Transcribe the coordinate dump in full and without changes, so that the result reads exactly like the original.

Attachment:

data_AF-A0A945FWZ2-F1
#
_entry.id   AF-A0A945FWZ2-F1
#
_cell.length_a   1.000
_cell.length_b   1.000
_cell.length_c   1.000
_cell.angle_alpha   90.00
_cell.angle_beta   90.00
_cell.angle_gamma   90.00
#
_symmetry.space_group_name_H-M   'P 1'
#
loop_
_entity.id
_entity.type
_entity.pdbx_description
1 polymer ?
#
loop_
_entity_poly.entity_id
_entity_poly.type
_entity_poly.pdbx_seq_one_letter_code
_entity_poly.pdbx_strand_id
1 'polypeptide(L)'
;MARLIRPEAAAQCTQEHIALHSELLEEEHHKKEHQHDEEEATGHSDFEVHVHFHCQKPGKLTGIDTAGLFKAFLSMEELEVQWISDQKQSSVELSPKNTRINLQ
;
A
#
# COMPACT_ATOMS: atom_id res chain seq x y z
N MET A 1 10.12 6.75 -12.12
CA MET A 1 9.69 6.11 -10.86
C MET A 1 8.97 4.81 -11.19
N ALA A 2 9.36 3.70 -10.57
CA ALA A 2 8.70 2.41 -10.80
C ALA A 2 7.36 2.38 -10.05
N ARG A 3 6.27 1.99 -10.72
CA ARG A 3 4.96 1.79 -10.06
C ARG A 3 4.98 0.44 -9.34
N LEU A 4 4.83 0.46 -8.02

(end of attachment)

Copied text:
data_AF-A0A945FWZ2-F1
#
_entry.id   AF-A0A945FWZ2-F1
#
_cell.length_a   1.000
_cell.length_b   1.000
_cell.length_c   1.000
_cell.angle_alpha   90.00
_cell.angle_beta   90.00
_cell.angle_gamma   90.00
#
_symmetry.space_group_name_H-M   'P 1'
#
loop_
_entity.id
_entity.type
_entity.pdbx_description
1 polymer ?
#
loop_
_entity_poly.entity_id
_entity_poly.type
_entity_poly.pdbx_seq_one_letter_code
_entity_poly.pdbx_strand_id
1 'polypeptide(L)'
;MARLIRPEAAAQCTQEHIALHSELLEEEHHKKEHQHDEEEATGHSDFEVHVHFHCQKPGKLTGIDTAGLFKAFLSMEELEVQWISDQKQSSVELSPKNTRINLQ
;
A
#
# COMPACT_ATOMS: atom_id res chain seq x y z
N MET A 1 10.12 6.75 -12.12
CA MET A 1 9.69 6.11 -10.86
C MET A 1 8.97 4.81 -11.19
N ALA A 2 9.36 3.70 -10.57
CA ALA A 2 8.70 2.41 -10.80
C ALA A 2 7.36 2.38 -10.05
N ARG A 3 6.27 1.99 -10.72
CA ARG A 3 4.96 1.79 -10.06
C ARG A 3 4.98 0.44 -9.34
N LEU A 4 4.83 0.46 -8.02